Southwest Airlines pledged Tuesday to improve its winter operations and modernize its technology following a massive holiday meltdown that spurred the cancellation of nearly 17,000 flights and stranded scores of flyers.
In particular, the Dallas-based carrier plans to purchase more de-icing trucks, engine covers and heaters, as well as hire more winter staff.
Additionally, Southwest said it would invest more in its technology, budgeting $1.3 billion for upgrades, maintenance and other expenditures. The airline also pledged to upgrade crew scheduling systems and customer phone systems to handle higher call volumes.
Winter Storm Elliott — which caused blisteringly cold temperatures to sweep parts of the U.S. during the holiday travel season — created a cascade of problems for Southwest.
While most airlines swiftly recovered their operations following the storm, Southwest faced issues such as outdated technology and problems managing out-of-place crews that paved the way for widespread flight cancellations.
Southwest CEO Bob Jordan said at a JPMorgan investors conference Tuesday that the storm hindered Southwest’s operations in two of its key airports: Denver International Airport (DEN) and Chicago’s Midway International Airport (MDW).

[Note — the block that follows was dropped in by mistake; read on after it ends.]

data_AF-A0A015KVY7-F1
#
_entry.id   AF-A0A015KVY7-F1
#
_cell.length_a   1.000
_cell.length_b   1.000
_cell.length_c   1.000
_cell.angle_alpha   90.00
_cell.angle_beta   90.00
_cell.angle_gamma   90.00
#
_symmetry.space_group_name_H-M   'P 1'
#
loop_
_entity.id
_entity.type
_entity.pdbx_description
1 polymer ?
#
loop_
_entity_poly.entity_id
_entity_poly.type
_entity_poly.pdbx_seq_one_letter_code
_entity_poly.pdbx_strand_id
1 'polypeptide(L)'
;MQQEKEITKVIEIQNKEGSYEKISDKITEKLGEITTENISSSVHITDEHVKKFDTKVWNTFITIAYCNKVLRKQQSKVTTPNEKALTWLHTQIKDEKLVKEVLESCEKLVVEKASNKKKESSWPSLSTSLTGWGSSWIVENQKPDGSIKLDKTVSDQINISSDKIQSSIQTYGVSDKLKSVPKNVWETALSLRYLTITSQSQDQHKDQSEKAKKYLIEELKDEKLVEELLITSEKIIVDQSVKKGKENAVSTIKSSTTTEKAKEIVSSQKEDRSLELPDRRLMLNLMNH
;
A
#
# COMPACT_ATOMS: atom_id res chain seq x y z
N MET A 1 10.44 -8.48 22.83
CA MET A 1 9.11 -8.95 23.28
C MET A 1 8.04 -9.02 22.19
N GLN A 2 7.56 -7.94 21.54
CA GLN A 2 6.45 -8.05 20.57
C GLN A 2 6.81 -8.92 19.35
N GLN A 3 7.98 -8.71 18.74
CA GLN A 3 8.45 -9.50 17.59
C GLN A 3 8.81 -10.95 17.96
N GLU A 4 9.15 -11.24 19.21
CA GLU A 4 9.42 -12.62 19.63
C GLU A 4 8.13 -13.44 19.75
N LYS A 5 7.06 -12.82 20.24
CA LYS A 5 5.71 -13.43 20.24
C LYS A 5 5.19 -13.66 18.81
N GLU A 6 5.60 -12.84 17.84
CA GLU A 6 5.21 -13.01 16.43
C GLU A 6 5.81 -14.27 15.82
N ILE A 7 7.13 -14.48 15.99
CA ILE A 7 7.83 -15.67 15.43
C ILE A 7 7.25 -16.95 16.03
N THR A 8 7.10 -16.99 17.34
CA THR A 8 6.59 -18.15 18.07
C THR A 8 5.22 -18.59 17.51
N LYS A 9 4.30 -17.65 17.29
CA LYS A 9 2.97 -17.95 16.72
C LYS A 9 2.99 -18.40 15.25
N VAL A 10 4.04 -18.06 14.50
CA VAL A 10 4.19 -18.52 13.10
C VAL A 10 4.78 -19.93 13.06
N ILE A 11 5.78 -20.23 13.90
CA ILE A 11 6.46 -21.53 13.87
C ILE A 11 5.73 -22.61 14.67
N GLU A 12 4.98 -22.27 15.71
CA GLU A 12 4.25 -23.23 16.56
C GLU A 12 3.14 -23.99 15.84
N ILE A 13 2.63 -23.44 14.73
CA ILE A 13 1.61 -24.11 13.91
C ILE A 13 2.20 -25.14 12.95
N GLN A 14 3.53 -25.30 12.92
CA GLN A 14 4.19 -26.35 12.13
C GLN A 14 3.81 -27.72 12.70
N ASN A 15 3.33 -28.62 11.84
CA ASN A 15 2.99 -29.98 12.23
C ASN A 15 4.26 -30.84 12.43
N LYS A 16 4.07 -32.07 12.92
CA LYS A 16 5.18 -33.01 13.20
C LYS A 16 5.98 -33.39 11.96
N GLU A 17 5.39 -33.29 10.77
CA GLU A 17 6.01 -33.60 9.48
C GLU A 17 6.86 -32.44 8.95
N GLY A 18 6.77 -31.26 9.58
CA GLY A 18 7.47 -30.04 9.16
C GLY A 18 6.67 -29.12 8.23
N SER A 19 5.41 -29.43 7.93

“This ultimately strained our ability to keep up with the pace and the breadth of the disruptions,” Jordan explained.
Southwest is still reeling from its December debacle. For its 2023 first-quarter earnings, the airline forecasts a hit to revenue of up to $350 million, according to the carrier’s latest filing with the Securities and Exchange Commission.
That comes after the carrier reported a net loss of $220 million for the last quarter of 2022, as the meltdown cost Southwest $800 million in pretax income.
Congress is also investigating the meltdown. Andrew Watterson, Southwest’s executive vice president and chief commercial officer, testified before the Senate Committee on Commerce, Science and Transportation in February.
Despite the losses incurred by the holiday calamity, Jordan said the carrier’s booking trends for the second quarter “appear solid,” with demand for leisure travel now closely mirroring pre-pandemic levels in 2019.